A/N: This is a story from inside the Jello Belt, smuggled out past the Zion Curtain, that wonderful place where a stakehouse is not a restaurant. It's a bit inside with obscure references, but stick with me and maybe we'll figure it out. The title comes from a book written by Trent Harris, and believe me, every word in that book is true, and I highly recommend it.

Disclaimer: Don't make me say it, what, you wanna see a grown woman cry? Fine! Not mine. SOB

ooooOOoooo

Brother Redd was going to be late for priesthood meeting.

"Flippin' tire," he muttered, kneeling down next to his car, staring at the flat tire in defeat. He knew he should have gone to the last priesthood activity, when Brother Christiansen had presented a class on car care. But he hadn't, and now Heavenly Father was punishing him for skipping church.

He stood and checked down the empty road in both directions, hoping for headlights. The road was empty, twilight settling softly over the rolling farmland. The smell of lilac was heavy in the air, a sure sign that spring was close.

He rubbed his face, checked the time on his wristwatch, dismayed at how late it was. Bishop Patterson was going to think he had gone apostate, or that someone in the ward had offended him.

"Need help, Brother?"

The voice was close, startling him into a whispered damn and he turned to see a young man dressed in a white shirt and tie standing next to the hood of his car. He wasn't sure, but thought he could make out a name tag over the right breast pocket. His heart eased back to normal, and the frustration he had felt over the flat tire lifted.

He grinned. "Sure do, Elder. Know how to change a tire?"

There was a flat, uneasy moment of silence, and Brother Redd's grin began to sag, but abruptly the missionary stepped forward. "Sure do! Flat tire, eh?" His face was young and unremarkable in the uneven light as he knelt down next to the tire.

"Yep," Brother Redd replied, and bent slightly to look over the missionary's shoulder at the tire.

The missionary was silent, sitting on his heels with his wrists on his knees, the hands dangling. He made no attempt to touch the wheel, and again came a weird moment of something not right.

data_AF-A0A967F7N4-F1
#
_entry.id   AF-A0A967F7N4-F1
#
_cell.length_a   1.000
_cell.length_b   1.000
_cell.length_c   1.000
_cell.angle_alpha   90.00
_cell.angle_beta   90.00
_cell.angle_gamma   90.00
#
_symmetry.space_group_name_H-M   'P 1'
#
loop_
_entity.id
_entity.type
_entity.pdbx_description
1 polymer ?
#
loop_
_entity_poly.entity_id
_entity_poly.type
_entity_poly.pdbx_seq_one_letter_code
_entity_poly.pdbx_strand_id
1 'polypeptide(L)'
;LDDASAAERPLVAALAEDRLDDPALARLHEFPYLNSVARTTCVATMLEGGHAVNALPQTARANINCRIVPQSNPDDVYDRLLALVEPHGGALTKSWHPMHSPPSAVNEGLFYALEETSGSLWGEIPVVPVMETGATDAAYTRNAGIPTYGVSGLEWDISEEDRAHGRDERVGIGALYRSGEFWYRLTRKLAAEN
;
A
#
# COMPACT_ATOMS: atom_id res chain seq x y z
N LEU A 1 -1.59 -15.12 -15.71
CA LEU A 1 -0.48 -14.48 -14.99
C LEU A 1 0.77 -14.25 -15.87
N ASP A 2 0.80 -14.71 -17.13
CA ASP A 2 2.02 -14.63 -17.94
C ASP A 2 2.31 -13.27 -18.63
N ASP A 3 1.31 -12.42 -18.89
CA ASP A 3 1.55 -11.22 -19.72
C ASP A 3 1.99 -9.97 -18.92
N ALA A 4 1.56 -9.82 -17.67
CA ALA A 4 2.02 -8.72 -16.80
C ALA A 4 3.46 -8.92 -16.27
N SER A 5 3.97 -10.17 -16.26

Brother Redd straightened, glancing up and down the road again. "Elder? Where's your companion?" He turned slightly, hearing a car coming up the road, his back to the elder.

"I lost him," The voice was right next to his ear, and the anxious feeling that had been gnawing at Brother Redd suddenly blossomed into fear. Something inhuman and not right and evil spoke with that voice.

He began to turn, thinking oh, Heavenly Father, fuck me—

There was a flash of pain, wire thin and hot, through his chest, and Brother Redd's last thought, as he stared down at the splash of blood and his arm on the ground, was of how good it felt to finally drop the F bomb.

ooooOOoooo

The scent of death was familiar to Sam.

Many different smells he associated with death, from burning the remains of a cowboy in Santa Fe, a body so desiccated by heat and sand that it burned with a smell like creosote, to a body just gone in a Florida swamp, a smell so foul it had been days before any of them had been able to eat.

After Jess, he couldn't bear the smell of fresh-baked cookies.

And after Nebraska, he would forever associate the smell of wet canvas with loss and hurt.

Now, in a cemetery so old the living no longer remembered it, Sam used his shovel's blade to break open the casket he had just uncovered, and a smell like old carpet and beetles breathed over him.

"Sam, you got that open yet?"

The sawed-off spoke, a blast that rebounded in the air, making Sam's ears ring. He didn't look up, bending and pitching pieces of casket out of the grave, until he met the empty gaze of Karl Otterson. "Got it!" he yelled back to Dean, flinging himself half out of the grave to grab the rock salt and gasoline.

Again the blast from the shotgun, and Dean cursing. The curious, fingernails-on-the-blackboard sound of the ghost humming, feinting at Dean only to disappear as he turned and pulled the trigger again, rock salt spraying harmlessly through the empty air. "Do it, Sam!"